The grave of Manchester suffragette Emmeline Pankhurst at Brompton Cemetery, in West London has been termed a disgrace.

Her great grandaughter Helen Pankhurst, said it was “clear” that little effort had gone into maintaining the grave

“Given what she stood for and its continued relevance today, it seems particularly important that the systems of the establishment try to support, rather than hinder,” she said reports the Telegraph.

In the report the paper says that Steve Davies, a military grave restorer, inspected the Grade II-listed plinth and described it as “an embarrassment”.

“I can’t say it’s ever been cleaned,” he said. “It’s in an awful state. The paving around it is as black as night, the lettering and the engraving are barely readable. To me, it’s a national monument and a national disgrace.”

Ms Pankhurst acknowledged that such monuments had to be managed correctly but expressed disappointment that even through official channels, nothing had been done.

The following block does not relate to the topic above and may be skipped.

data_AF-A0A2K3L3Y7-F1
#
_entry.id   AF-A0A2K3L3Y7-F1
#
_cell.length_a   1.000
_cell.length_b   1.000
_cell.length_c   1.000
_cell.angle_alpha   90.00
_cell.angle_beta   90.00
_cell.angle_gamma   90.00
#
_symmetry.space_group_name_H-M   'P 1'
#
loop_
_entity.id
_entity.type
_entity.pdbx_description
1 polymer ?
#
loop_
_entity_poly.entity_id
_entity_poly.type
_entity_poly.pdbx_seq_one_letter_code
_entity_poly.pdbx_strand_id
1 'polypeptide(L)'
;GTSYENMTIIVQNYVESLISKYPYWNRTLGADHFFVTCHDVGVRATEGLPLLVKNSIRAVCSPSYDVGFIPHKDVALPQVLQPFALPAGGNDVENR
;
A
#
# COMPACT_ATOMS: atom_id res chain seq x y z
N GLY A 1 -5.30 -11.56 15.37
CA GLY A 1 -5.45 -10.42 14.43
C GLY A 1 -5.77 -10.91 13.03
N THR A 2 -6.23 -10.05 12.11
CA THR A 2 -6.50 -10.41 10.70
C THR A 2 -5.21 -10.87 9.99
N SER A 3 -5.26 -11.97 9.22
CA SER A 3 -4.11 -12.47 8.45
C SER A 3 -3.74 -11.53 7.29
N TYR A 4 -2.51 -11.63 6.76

“I don’t know how they decide what they’re going to do, but clearly they’ve not done very much,” she added.

“I think it needs to be done. It needs to be done for anybody, but particularly if it’s a historical character and there are people coming to view it.”

She added: “It’s not a one-off. The Emmeline grave is particularly important, but this business about valuing the past and finding ways to protect, both through community and government support, to make sure that happens I think is critical.”

Ms Pankhurst suggested that the bodies and bureaucracies who make decisions about investment and the protection of such sites should be more sympathetic to their resonance.

“It’s that level of people that I think need to care more, the people in whose budget or manpower it is,” she told the Telegraph. “It’s not even a question of budgets, just be facilitative rather than obstructive.”

Born in Manchester in 1858, Emmeline founded the Women’s Franchise League and in 1903 Women’s Social and Political Union which fought for the right for women to vote in elections.

She died in London in 1928



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